` ANTIC VOL. 8, NO. 8 / FEBRUARY/MARCH 1990`

# StatWhiz

## Analyzing numerical data with your Atari

By Bernard Sparks, III

Got some data you need to interpret?

Now your Atari can find far more than just the average of your figures. If you know your way around regressions, correlations, ANOVAs and T-Tests, you can thoroughly analyze your statistics with StatWhiz. This BASIC program runs on an 8-bit Atari with a minimum of 48K and disk drive.

Statistics play a vital role in modern society. Everything from the movies people rent to the toothpaste they prefer is studied at one time or another. When all the information has been gathered, statistics provide the tools needed to interpret your data. At its most basic level, General Statistics will take the data for a single group and give you the maximum, minimum and mean (average) values, as well as the variance and standard deviation.

StatWhiz is a BASIC program which brings the power of statistical analysis to the 8-bit Atari computers. StatWhiz is easy to use -- if you have at least some knowledge of statistical methods and terminology. For example, StatWhiz supports both descriptive and inferential statistics and offers both independent and dependent T-test, as well as one and two-way ANOVA, chi square, Pearson correlation, and regression.

GETTING STARTED

Type in STATWHIZ.BAS, Listing 1, check it with TYPO II, and save a copy to disk before you RUN the program.

After the title screen, the main menu presents the statistical functions available in StatWhiz. Pressing the letters A-H will access the corresponding test. You will then be presented a sub-menu of the following options:

CREATE DATABASE - Initially, you will need to develop a database from which to perform your analysis. Entering the data is quite easy, as the program will prompt you through the various steps. Press [RETURN] after each data entry. Answer the prompts by pressing the appropriate letter. (No [RETURN] is necessary.) All sample data must be continuous, with a maximum of 225 subjects per sample group.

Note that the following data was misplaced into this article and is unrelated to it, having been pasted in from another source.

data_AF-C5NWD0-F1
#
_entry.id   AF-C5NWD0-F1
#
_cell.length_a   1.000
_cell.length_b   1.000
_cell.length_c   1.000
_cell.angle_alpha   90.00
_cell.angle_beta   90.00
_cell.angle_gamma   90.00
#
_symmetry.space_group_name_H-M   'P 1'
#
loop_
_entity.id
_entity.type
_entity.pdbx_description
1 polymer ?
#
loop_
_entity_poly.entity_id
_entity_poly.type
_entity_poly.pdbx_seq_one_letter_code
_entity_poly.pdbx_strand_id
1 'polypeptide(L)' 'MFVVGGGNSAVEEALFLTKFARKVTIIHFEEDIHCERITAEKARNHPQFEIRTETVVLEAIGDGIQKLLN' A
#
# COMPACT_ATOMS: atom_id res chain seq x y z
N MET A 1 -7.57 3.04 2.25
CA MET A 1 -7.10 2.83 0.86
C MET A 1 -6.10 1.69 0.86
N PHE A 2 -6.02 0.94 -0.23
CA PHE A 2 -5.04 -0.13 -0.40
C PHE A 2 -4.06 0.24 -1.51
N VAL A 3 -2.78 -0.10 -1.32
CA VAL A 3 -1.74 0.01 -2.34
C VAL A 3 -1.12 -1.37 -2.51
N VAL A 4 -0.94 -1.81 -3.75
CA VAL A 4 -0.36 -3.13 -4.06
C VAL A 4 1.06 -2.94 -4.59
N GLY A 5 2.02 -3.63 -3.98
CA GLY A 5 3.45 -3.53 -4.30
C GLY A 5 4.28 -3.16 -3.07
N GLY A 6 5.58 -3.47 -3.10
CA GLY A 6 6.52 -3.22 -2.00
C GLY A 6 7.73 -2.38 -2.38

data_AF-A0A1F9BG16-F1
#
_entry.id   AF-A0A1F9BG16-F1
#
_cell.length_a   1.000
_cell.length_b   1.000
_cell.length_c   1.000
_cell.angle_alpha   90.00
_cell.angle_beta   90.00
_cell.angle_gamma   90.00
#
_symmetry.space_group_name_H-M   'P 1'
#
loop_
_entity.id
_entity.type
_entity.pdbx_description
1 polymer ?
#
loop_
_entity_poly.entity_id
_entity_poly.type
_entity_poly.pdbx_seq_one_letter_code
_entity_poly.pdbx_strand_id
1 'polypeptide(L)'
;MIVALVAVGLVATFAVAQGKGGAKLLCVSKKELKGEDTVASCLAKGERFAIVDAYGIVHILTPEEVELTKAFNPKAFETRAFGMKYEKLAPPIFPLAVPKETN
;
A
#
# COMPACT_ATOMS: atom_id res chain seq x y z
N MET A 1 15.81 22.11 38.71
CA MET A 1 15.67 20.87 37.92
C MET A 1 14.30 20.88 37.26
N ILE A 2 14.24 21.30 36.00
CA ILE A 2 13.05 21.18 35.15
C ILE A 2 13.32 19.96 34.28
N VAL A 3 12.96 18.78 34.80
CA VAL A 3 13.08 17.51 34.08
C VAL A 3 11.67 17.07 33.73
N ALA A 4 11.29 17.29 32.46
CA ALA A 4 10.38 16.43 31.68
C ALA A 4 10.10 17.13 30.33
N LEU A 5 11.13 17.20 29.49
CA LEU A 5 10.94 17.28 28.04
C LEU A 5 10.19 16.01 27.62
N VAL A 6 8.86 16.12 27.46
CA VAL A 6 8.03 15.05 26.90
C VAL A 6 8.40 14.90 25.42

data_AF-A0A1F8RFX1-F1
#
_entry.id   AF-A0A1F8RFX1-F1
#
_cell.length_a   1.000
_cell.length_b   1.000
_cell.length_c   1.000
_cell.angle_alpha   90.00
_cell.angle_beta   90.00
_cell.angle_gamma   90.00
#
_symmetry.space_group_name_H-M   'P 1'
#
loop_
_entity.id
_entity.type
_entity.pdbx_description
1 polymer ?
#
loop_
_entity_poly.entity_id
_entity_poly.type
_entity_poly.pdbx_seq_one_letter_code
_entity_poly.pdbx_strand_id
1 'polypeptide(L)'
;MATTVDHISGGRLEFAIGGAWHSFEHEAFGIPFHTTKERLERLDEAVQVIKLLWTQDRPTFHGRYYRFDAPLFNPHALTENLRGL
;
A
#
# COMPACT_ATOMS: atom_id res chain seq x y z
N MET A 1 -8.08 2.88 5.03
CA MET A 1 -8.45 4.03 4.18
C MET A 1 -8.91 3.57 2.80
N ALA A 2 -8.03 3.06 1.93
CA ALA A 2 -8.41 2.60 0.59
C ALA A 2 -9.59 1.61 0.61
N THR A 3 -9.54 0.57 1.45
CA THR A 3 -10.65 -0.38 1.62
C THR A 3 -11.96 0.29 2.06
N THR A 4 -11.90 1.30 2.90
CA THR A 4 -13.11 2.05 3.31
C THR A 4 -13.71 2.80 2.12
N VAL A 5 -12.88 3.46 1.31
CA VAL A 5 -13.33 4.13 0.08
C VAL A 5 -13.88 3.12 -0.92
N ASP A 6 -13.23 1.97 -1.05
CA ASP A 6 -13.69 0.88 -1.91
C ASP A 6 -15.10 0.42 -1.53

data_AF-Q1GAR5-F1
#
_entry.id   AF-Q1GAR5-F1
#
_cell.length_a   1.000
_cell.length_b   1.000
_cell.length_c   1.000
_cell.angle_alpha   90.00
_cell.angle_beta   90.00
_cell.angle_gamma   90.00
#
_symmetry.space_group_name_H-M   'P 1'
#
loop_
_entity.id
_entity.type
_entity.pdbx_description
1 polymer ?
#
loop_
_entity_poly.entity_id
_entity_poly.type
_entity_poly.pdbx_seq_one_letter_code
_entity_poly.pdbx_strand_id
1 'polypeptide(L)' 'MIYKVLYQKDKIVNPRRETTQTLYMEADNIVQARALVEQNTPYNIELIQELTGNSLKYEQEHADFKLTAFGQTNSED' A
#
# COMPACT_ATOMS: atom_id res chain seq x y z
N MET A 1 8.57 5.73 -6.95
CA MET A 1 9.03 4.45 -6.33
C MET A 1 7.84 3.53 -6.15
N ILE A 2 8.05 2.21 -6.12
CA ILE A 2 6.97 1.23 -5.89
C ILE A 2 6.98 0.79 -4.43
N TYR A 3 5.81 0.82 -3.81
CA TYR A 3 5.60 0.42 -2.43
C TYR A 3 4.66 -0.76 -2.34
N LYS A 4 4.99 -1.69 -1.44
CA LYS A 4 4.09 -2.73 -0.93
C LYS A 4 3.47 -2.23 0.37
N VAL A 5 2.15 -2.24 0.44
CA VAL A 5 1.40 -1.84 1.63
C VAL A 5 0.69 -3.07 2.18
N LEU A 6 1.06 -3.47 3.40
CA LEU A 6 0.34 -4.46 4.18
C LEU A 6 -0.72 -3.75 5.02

Often, you can enter or load your data in one module and then use it in another - if the number of groups and subjects are compatible. The limits for sample group size are as follows:

```TEST:            # SAMPLE GROUPS:
Gen. Statistics    1-8
T-test (I)         2
T-test (D)         2
One way ANOVA      2-8
Two way ANOVA      2-8
Chi Square         2-4
Correlation        2
Regression         2
```

For the dependent T-test, two-way analysis of variance (ANOVA), Pearson correlation, and regression, the sample groups must have an equal number of subjects. Additionally, the two-way ANOVA requires that the sample groups have an even number of subjects.

The size of a chi square is limited to a minimum 2 x 2 and maximum 4 x 4 contingency table. The data for a 2 x 2 table would be coded in as two sample groups of two subjects each. The values of each subject would reflect the individual cells of the chi square.

MODIFY DATABASE - This option allows you to change the data values in a given sample group. The program will prompt you through the steps.

LOAD DATABASE - This option lets you load an already entered database from disk. Each test module saves its data with a different filename, but you can still load the database while in one test module and then go to another to analyze it. For example, you could load a set of data from the regression function and then perform a correlation on it.

ANALYZE DATABASE - Selecting this option results in the chosen analysis being performed on the data. Of special note is the way StatWhiz handles a two-way ANOVA. The program will split the data at the mid-point and then treat the values as the two rows of the ANOVA.

Each inferential test will also provide a probability, or P-value. If the P-value is smaller than the selected level of confidence, it indicates a significant difference in the means of the sample groups. Any assumptions that the samples were drawn from the same population must be rejected. StatWhiz is basically an 8-bit Atari translation of several commonly used statistical formulas. These tests allow you to describe and make inferences about a larger population by sampling a subset of it. The specific outputs of the program are as follows:

MEAN - This is the arithmetic sum of the sample values divided by the number of values. It results in the average sample value.